Pulmonias are the white, open-air taxis that will be buzzing you around the city. The only place in the world they can be found is here in Mazatlan. I have seen it alot...tourists paying too much for a taxi ride! You can get to most of your destinations for no more than 20-40 pesos!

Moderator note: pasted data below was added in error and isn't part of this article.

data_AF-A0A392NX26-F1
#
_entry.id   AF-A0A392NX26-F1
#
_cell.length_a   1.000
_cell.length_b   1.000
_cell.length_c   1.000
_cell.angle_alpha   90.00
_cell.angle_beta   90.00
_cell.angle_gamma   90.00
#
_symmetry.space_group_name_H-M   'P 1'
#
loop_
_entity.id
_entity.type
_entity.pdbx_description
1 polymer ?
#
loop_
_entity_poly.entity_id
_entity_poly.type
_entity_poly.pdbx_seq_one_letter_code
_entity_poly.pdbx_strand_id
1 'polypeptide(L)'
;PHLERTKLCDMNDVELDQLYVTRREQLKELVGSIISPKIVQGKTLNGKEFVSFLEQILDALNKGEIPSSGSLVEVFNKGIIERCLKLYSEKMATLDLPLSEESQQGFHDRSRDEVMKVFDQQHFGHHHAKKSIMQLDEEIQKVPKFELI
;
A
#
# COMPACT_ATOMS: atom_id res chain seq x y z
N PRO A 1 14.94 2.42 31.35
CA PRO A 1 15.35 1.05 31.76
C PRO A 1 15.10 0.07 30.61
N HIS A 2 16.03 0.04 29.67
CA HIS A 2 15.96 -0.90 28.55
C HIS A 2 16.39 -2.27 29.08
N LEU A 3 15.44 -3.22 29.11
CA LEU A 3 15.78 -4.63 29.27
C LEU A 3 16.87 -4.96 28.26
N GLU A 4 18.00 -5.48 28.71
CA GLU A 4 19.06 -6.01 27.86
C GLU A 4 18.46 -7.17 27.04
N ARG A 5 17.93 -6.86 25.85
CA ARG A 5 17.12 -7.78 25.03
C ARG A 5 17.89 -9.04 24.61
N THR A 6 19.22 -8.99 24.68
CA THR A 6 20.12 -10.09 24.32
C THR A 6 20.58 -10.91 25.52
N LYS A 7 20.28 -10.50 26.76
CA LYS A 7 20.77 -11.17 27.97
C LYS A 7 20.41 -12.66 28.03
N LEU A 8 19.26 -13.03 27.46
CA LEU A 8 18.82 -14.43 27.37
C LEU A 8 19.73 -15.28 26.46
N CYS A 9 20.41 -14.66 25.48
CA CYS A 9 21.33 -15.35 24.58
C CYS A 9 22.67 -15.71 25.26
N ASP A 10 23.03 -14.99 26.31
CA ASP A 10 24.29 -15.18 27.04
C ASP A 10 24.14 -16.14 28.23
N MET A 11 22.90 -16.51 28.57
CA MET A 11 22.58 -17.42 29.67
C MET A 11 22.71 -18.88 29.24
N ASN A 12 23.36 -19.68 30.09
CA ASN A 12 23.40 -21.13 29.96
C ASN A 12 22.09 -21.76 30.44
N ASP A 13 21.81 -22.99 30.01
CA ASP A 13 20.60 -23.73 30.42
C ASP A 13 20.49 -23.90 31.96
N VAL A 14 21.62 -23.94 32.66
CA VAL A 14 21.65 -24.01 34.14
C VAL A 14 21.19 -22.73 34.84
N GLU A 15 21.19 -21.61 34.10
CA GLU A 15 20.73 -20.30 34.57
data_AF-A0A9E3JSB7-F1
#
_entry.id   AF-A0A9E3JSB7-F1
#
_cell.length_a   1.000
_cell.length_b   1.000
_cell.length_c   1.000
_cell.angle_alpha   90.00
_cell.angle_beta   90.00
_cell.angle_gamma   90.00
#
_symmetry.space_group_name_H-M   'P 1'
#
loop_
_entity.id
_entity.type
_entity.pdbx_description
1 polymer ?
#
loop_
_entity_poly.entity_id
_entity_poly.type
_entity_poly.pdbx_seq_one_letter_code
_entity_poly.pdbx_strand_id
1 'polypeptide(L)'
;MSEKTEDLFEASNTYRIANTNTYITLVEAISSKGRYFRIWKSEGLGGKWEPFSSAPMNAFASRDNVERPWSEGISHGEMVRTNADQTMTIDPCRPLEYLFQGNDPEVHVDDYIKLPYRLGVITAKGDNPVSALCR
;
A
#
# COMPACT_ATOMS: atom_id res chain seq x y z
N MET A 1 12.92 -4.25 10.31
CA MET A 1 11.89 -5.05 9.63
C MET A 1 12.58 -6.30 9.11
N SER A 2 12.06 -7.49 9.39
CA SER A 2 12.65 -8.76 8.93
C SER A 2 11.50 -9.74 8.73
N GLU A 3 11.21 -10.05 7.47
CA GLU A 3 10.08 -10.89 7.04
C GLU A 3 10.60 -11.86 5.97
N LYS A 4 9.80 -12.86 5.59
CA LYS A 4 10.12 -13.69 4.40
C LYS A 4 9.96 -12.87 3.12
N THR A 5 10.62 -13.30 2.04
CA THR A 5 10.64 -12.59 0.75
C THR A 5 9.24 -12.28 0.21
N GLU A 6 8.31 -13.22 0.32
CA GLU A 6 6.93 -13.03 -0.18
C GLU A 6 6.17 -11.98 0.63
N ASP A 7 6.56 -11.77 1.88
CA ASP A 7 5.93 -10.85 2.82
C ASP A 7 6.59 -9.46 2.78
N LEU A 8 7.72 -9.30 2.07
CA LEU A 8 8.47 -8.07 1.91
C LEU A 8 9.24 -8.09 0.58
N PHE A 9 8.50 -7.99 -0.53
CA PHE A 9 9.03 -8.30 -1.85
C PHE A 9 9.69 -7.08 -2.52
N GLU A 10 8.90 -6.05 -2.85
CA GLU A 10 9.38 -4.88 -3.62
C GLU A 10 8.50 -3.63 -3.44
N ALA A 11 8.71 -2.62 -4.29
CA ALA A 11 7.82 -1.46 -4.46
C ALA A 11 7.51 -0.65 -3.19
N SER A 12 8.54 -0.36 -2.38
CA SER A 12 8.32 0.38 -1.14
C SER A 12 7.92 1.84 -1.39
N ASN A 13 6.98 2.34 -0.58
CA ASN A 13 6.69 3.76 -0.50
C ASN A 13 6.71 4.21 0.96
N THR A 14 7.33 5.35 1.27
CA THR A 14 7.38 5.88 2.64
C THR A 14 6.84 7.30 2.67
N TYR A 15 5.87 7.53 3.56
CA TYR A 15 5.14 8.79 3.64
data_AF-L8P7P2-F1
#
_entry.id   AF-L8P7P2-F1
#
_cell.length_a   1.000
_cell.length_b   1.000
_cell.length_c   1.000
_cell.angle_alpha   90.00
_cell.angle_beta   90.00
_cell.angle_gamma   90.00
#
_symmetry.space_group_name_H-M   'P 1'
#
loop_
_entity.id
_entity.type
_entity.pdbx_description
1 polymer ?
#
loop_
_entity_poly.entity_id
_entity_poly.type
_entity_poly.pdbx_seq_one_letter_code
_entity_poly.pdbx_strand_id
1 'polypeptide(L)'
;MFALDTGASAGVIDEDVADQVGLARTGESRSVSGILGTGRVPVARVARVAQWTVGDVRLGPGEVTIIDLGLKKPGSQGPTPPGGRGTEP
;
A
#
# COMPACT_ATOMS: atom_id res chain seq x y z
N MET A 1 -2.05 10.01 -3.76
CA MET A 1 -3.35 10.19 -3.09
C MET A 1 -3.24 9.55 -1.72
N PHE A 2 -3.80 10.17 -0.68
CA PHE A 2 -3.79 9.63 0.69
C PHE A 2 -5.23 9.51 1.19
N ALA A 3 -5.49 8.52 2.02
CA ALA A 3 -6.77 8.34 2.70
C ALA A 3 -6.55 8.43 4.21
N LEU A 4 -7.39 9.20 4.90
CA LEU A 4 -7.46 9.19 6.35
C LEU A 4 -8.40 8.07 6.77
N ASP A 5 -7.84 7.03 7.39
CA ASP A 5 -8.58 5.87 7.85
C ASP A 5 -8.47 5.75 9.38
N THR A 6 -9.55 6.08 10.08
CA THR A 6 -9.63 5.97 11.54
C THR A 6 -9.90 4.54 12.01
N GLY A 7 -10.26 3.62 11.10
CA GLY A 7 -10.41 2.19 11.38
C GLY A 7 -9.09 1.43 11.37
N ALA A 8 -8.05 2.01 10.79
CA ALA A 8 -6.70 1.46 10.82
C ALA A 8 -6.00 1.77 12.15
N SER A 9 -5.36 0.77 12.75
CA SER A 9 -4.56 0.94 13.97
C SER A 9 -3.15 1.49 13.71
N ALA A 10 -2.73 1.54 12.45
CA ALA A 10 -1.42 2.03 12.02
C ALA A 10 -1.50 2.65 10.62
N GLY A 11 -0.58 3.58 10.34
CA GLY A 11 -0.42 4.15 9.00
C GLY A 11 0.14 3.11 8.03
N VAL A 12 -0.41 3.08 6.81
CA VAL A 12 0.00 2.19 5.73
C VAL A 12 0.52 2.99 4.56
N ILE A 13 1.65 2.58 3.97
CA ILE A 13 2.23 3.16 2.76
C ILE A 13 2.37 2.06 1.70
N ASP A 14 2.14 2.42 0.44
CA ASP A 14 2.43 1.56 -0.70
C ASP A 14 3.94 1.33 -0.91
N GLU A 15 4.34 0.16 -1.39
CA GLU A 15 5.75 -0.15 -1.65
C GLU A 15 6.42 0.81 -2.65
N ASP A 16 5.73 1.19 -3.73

I thought when I saw what was posted,was really a warning..I suspect the post. We too went to La Jolla, which is right down the street from our timeshare..these people expected us to sell our timeshare (a villa) to them and join them for a uncompleted place that looked like a crowded small room. Pool?...good question,it looked more like a pond. The salesperson got upset at my wife for not paying attention. They wanted our Villa (worth some bucks)..plus give them $6,000. Final cost was suppose to be $60,000 plus closing costs. We were approached at Stone Island,where we were promised $200- non commitment. Well the best thing I can say is we got our $200-. The worst thing is that you have to sit there and have someone try to make you make a $60,000 decision Like I told them,only a fool would make a life changing decision like that in a span of one hour. We also told them that we were going to still be there for 3 more day's,let us think about it..then answer was NO..make up your mind now. I did..I took the $200 and left. We may of had to walk back to our hotel (we were promised a ride)..but that was what we had to do.